January 21, 2019
It’s that time of year again, dreaded flu season. Hospitals, urgent cares, and primary care offices are full of sick patients, every nurse I know has chapped hands from washing a million times a day, and I think we all know some unfortunate family member or friend who has come down with it. Even I’ll admit, walking into grocery stores, pharmacies, or church events the past few weeks has felt a little bit like playing Russian Roulette with illness. Parents are worried, and I understand their concerns.
Every year, influenza causes serious illness and even death. It’s not an illness to be trivialized, especially this year with the trends we are seeing. These are the important updates that parents should know about the 2018-2019 flu season.
Influenza typically circulates in the United States during the fall and winter months, and peaks November through March. The CDC tracks information on patients with a lab-confirmed flu diagnosis and the hospitalization rates across the country from the flu. They have created a very interactive site with that information, so visit it here if you’d like to know more flu tracking specifics for your state.
Yes, tragically. People die every year from influenza.
And yes, it’s important to remember that the flu can kill people who are perfectly healthy. Like this 21 year old body builder who died last year. Or this 17 year old. Or this precious 4 year old. I had a family friend in her 40’s who ran marathons and exercised religiously who died from influenza a few years ago. She thought she caught a cold and died 3 days later in her husband’s arms as he was rushing her into urgent care. Influenza kills both healthy and immune-compromised alike, and it is very tragic.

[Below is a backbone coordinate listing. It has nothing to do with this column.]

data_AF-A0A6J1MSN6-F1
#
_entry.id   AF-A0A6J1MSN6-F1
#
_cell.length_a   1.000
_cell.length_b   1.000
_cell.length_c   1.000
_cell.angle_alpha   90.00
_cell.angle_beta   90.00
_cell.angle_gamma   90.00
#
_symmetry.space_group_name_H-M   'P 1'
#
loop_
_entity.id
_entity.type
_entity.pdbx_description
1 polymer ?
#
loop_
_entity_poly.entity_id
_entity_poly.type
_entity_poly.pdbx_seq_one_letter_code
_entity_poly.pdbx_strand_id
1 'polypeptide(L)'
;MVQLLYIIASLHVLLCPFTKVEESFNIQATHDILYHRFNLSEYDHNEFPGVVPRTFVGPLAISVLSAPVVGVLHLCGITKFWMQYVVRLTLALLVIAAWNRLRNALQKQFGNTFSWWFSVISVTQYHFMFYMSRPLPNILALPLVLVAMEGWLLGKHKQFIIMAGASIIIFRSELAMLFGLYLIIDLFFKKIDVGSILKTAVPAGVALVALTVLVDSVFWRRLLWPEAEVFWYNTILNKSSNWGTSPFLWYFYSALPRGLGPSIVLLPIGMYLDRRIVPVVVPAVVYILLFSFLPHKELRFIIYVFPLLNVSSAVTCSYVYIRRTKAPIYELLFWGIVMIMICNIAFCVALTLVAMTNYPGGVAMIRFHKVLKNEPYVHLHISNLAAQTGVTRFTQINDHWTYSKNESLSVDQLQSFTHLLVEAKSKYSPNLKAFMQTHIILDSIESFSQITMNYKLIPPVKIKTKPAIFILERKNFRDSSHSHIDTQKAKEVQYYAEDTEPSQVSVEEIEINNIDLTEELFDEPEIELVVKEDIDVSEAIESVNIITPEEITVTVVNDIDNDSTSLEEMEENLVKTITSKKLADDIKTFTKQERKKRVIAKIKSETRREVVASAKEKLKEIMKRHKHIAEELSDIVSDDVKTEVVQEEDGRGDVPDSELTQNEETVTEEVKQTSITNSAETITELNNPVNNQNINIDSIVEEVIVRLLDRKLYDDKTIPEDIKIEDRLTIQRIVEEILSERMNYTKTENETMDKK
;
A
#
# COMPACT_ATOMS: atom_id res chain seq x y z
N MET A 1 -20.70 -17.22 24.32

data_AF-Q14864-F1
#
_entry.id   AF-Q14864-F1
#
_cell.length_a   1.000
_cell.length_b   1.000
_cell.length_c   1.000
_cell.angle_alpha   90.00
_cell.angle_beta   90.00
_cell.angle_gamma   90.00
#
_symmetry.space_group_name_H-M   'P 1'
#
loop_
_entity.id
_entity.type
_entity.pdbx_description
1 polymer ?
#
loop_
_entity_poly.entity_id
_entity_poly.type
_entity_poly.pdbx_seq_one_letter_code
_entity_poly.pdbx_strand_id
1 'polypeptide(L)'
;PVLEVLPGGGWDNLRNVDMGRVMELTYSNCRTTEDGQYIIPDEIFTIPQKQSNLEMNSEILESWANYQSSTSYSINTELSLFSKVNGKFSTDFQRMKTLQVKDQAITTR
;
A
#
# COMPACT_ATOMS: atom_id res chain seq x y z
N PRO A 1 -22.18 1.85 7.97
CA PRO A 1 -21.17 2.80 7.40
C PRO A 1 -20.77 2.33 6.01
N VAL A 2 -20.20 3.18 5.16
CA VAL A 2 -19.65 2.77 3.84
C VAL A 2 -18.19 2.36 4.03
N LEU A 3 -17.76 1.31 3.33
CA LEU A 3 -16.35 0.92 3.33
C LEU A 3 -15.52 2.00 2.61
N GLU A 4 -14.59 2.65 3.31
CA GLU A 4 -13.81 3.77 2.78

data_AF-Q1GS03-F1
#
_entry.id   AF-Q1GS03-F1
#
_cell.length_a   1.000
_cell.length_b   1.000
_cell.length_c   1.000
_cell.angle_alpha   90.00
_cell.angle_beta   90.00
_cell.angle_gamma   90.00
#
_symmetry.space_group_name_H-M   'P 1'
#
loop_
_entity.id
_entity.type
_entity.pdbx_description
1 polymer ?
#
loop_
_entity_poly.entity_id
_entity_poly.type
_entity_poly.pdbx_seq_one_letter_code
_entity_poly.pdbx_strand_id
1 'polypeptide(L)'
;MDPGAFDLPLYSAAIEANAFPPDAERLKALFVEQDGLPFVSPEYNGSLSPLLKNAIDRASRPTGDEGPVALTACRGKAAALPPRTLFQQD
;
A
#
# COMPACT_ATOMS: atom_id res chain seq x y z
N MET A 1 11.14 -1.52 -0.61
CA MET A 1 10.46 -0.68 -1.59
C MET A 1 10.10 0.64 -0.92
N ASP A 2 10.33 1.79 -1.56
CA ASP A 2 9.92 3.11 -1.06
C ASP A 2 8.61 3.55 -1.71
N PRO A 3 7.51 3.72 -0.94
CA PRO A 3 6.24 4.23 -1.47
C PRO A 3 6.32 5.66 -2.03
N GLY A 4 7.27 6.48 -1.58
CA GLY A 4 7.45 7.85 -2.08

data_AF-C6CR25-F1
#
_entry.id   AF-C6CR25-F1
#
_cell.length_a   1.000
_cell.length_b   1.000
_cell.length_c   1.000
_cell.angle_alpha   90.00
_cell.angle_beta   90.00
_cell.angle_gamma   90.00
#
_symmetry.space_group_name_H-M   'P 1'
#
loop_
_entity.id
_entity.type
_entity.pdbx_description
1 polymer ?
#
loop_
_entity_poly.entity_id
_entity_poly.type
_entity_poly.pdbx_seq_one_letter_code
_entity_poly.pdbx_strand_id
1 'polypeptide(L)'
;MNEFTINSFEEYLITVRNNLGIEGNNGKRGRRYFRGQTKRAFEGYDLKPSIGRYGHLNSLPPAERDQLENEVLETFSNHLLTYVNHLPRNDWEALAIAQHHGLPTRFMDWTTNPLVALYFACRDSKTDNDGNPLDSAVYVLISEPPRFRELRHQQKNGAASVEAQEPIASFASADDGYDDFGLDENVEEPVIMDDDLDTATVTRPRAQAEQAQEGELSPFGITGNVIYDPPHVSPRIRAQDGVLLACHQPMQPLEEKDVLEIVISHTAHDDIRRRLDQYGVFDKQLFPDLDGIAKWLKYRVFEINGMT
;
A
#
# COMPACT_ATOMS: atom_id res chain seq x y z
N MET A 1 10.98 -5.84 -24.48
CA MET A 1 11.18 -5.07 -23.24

When parents bring up flu vaccine concerns with me, I like to remind them that out of all the diseases we vaccinate against, the flu kills more Americans every year than any other vaccine-preventable disease.
Influenza is caused by a virus. There are two main types of influenza viruses – type A and type B. This year, the most common strain making people sick is a type A strain known as H1N1.
Yes. While it will still take about 2 weeks for your body to respond to the flu shot to build protective antibodies, it is not too late to get a flu shot. Flu activity can last well into April and sometimes even May. This vaccine finder is a great resource for finding the nearest location that offers flu shots.
We won’t know the true efficacy of this year’s flu vaccine until mid-February when the CDC releases the preliminary estimates on flu vaccine effectiveness. Many flu experts here are anticipating that the flu shot will be about 50% effective or more, but we truly don’t have the data back yet.
Additionally, it should be noted that when the flu season peaks early like this year, and it’s dominated mainly by type A strains, we can sometimes see an increase in type B strains in the spring. Again, we won’t know for sure until it is here, but that has happened historically. The protection provided by this year’s flu shot for type B strains is looking quite positive.
First of all, we call influenza “the flu” but it should not be confused with the stomach flu (gastroenteritis). Gastroenteritis usually causes a stomach ache, vomiting, diarrhea, and sometimes fever for about 24-48 hours. Rest and plenty of hydration are will usually clear up the stomach flu in a few days.